Organize Your Stress and Put it to Good Use

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One thing is for certain, stress has real world consequences. In fact, one reason for its success in infiltrating our vocabularies was due to doctors, in the early 1950’s, contributing stress to what was viewed as an epidemic of heart disease among white, middle-class American men. By the 1970’s, stress became equivalent for tension and anxiety, ultimately defining affliction of modern life. But stress management began much earlier. 
The Great Depression in the 1930’s taught many lessons of how to put stress to use such as communities coming together to share gardening techniques and barter what they grew and learning how to forage and find edible plants. Housewives were judged on how many jars they would “put up” during harvest season. Many discovered strengths through optimism and looked at their disadvantages as personal challenges that could be overcome with ingenuity and hard work. 

Modern Lifestyle Syndrome

Unlike the stress earlier humans experienced in today’s society, we can describe the stress most of us experience as part of a syndrome, or “MLS-Modern Lifestyle Syndrome” where the body is exposed to 3 types of stressors on a regular basis (mental, physical, and chemical).  Mental stress appears in the form or intensified workload, constant search for perfection, competition, difficulty balancing work, personal and family life and major changes in values and social standards. Physical stress, which comes in the form of injury, overuse, lack of use or sedentary living. Chemical stress- food additives, pesticides, pollution, drugs (prescription or other) and chemicals such a glucorticoids (inflammation fighting medicine), either naturally produced or medicinal hormones.
Stress touches all social groups and all age categories; no one can truly escape it no matter how hard we try. However, some people are more deeply affected by its consequences, depending on their personal, psychosocial, professional and health background. This is most evident in the fact that 90% of primary care visits are attributed to chronic stress according to the American Institute of Stress.
So how can we manage this stress, avoid it and put it to good use knowing that it is a part of the world we live in today? 

Not All Stress Is Bad

It is not surprising that stress gets a bad rap. Brief, minor bouts of stress (eustress) are sometimes referred to as “good” stress because they can be motivating. This type of stress can focus a person’s attention and energies and thereby helping us stay focused and block out distraction.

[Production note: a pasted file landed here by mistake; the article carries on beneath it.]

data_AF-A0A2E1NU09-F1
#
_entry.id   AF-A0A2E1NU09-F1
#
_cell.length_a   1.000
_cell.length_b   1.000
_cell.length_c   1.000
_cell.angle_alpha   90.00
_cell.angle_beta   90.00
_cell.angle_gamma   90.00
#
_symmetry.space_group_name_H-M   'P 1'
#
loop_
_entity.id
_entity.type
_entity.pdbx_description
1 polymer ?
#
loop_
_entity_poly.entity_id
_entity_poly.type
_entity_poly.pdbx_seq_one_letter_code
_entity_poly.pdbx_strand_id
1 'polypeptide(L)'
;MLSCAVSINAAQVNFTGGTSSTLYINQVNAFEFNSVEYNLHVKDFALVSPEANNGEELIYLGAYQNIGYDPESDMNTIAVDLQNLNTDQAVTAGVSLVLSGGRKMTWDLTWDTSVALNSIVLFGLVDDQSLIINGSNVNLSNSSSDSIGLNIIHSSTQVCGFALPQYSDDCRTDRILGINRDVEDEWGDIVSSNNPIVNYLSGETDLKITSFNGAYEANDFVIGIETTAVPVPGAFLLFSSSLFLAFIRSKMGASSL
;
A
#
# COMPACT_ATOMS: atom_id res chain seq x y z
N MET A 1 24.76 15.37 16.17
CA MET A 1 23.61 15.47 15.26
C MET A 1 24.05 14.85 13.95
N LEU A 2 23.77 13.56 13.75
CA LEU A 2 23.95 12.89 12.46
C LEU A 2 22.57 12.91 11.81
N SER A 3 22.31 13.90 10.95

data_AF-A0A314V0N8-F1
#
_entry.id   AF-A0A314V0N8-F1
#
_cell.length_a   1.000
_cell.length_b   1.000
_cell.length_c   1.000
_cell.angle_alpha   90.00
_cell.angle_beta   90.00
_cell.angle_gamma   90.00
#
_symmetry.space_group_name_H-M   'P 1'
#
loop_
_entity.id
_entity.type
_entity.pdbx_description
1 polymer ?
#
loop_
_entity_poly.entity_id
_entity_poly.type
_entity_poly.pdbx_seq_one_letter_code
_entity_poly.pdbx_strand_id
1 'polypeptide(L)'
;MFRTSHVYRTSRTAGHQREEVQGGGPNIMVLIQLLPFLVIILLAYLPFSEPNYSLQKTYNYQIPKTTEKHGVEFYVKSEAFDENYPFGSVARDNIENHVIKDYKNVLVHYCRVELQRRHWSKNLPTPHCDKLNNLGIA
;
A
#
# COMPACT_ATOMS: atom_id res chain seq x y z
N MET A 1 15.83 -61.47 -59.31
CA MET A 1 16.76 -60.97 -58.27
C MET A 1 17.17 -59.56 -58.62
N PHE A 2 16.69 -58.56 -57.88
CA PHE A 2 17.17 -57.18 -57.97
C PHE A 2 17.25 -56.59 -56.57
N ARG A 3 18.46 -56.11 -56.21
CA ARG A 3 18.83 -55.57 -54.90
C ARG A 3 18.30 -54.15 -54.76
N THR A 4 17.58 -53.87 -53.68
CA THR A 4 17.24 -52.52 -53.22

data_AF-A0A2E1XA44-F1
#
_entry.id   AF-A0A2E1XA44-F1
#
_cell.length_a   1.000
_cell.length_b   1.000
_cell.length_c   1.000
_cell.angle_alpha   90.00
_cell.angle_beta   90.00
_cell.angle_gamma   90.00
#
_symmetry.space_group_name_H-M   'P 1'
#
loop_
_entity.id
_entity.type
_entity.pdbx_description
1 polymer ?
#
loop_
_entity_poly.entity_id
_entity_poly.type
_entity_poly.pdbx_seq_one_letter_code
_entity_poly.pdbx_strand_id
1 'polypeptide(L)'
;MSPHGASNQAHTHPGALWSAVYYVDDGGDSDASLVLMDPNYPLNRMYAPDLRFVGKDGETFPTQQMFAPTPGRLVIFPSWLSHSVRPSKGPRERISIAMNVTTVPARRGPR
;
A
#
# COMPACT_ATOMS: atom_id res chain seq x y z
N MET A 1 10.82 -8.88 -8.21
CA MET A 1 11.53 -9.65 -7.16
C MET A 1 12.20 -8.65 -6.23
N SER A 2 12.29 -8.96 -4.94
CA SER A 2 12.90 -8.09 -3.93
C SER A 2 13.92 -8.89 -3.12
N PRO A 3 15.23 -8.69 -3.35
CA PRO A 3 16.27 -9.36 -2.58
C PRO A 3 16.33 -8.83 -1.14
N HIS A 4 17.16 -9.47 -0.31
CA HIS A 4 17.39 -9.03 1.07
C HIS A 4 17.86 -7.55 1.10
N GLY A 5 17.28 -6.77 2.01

All stress takes a toll that requires healing, and this fact begins to clarify what, exactly, is going on when we feel its effects. Put briefly, stress drives adaptation. 
For example, with exercise: an intense run will tax the system (through oxidative stress and metabolic damage), causing cells to produce more mitochondria, among other responses that result in better endurance. With everyday work and we churn through our issues in our off hours or assign ourselves with personal deadlines, we induce stress that causes use to either adapt positively by coming up with creative solutions or adapt negatively by procrastinating and giving up.

Ways to Use Stress to Your Advantage

Because we all react differently to stress, there is not one right way to manage it. Every one of us has to find the method that suits us best. Here are a few ways to use stress to your advantage:
1. Develop awareness of the types of events that cause you stress 
2. Figure out the problem, identify it, delegate and act on priorities. 
3. Find opportunities, recognize the challenge, change direction and rise-up to it
4. Develop a strategy and a positive mindset
5. Educate and increase your intelligence
6. Get creative and make time for your hobbies
7. Recognize when you need help and talk to someone
8. Don’t be so hard on yourself
9. Take supplements daily that support stress relief
10. Add regular acupuncture to your stress maintenance routine

Acupuncture for Stress Relief

Stress is a problem that infiltrates our society in countless ways. It manifests itself at work, at home and in our relationships with other and it can also affect our loved ones. We should all take time to re-evaluate our stress level for the well-being of our society and ourselves.
Modern Acupuncture® is a natural, stress relief solution and the leading provider of acupuncture in the U.S. 

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